“Why aren’t you married?”

This question, which belongs in a category with, “Are you pregnant?” or “When are you having kids?” is somehow still acceptable to ask any single person over the age of 24 (where I’m from).

On particularly rough days, I sometimes mused about what would happen if I responded, “Why haven’t you finished that degree you started?” or something equally snarky, highlighting their implication that my life was only valid as long as I was meeting our culture’s benchmarks in a timely fashion.

In the end, I settled for either steering the conversation into less sensational territory, i.e. everything else happening in my life, or giving in and sharing those funny dating anecdotes that the Marrieds love to hear.

In the LDS world (and many other religious communities), it’s easy to feel like your worth as a person, male or female, is inextricably tied to your relationship status. It’s not. But marriage is something that a lot of us desire, since a large component of the Gospel is finding joy through family relationships. 

However, that is not the Gospel. The Gospel is centered on Jesus Christ, and doing all we can to come to know Him, emulate Him, and accept His atoning sacrifice as central to our lives. Our marital status alone does not qualify us for salvation, so we need not feel ‘less than’ because of it.

This past year, I’ve had several single-and-looking (different from simply ‘single’, as not everyone is interested in getting married) friends reach out to share thoughts or ask for input about that phase of life.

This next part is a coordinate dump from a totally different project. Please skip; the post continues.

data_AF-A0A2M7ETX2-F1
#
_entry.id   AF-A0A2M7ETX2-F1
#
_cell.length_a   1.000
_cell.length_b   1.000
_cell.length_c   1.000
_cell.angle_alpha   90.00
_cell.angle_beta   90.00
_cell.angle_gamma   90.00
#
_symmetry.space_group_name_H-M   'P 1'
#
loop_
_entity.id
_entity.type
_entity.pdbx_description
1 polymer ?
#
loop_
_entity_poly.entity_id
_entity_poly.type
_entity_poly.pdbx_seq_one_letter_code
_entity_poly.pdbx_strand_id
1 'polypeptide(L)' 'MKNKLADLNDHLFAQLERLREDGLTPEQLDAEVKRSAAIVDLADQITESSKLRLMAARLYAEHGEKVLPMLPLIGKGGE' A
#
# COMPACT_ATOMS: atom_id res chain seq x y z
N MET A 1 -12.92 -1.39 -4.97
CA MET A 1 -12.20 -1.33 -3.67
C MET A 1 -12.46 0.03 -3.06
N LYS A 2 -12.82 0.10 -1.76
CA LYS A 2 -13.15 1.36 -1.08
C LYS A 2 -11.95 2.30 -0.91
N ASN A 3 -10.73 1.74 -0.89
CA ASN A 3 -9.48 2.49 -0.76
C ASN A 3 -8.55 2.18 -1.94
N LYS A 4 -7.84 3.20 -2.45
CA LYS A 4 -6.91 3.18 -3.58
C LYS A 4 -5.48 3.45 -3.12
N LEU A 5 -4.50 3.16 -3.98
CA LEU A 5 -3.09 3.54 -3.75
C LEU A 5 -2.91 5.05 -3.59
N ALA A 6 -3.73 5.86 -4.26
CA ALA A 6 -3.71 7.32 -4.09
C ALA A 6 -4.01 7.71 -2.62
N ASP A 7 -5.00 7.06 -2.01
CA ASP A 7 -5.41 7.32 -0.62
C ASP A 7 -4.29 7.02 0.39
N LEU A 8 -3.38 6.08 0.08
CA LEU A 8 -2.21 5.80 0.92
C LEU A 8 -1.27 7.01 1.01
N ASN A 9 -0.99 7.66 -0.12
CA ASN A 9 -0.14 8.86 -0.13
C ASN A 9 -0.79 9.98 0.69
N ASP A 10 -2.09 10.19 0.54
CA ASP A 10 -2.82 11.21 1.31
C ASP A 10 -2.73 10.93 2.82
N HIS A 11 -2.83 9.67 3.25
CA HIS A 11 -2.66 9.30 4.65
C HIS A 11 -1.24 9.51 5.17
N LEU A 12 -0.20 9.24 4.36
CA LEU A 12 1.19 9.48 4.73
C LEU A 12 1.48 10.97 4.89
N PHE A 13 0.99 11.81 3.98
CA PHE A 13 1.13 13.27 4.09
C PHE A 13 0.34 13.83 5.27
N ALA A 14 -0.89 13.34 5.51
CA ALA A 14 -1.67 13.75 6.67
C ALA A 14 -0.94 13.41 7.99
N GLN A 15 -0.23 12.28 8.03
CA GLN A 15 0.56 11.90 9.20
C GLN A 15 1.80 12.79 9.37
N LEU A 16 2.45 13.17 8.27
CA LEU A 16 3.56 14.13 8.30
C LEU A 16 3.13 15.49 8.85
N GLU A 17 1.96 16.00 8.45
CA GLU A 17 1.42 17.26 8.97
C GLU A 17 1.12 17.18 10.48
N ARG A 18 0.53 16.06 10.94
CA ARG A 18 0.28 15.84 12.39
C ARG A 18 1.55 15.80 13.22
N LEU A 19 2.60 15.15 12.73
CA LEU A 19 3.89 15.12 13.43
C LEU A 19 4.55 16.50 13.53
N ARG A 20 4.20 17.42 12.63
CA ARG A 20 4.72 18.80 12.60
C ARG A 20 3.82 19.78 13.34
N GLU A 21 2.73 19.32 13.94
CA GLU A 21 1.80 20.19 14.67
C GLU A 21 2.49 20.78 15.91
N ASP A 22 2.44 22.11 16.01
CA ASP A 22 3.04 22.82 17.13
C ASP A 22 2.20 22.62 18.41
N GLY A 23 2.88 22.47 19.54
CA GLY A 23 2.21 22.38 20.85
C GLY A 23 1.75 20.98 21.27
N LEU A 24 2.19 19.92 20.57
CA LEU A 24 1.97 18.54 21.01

The main question that comes up is, “How can I feel like I am progressing, when the area in which I want to progress is out of my control?” Another way to put it, is “How can I be ‘looking’ without ‘waiting’?”

Spoiler alert: I don’t have the answers, and even if I did, they wouldn’t fit every person. But I have spent a lot of time thinking about these questions, both prior to and since getting married, so the best I can offer are the thoughts I’ve shared with friends when asked.

I’ll start by saying, do not wait.

The issue of waiting–inactive waiting, where you stagnate with resentment and often use ‘if only’ and ‘I will when’–applies to everyone. The single years are a good time to develop the ability to actively wait and appreciate the present, since the rest of life is one opportunity after another to exercise that skill.

I am guilty of periods of (inactive) waiting. Times when I should have been embracing all life had to offer but instead stayed in jobs I hated, dated people I didn’t enjoy, lived in areas that were not interesting to me, and held one too many pity parties. I apologize to my closest friends who bore the brunt of my Debbie Downerness; they were good sports.

Fortunately, these spells didn’t last long. Over the years I found four main strategies that helped me get on with life and be much, much happier with it.

Set Goals

Goal-setting is far and away the fastest-acting antidote to wasting time dreaming of Mr./Mrs. Right. Both before marriage and since, anytime I found myself wishing I had a different life, it had little to do with how great the thing I desired actually was, and it had nothing to do with my current life being bad. It had everything to do with ingratitude for my current life, combined with an unwillingness to set the bar higher for myself.  

In short, it’s looking for an easy fix or some sort of novelty to distract from the hard work of growth.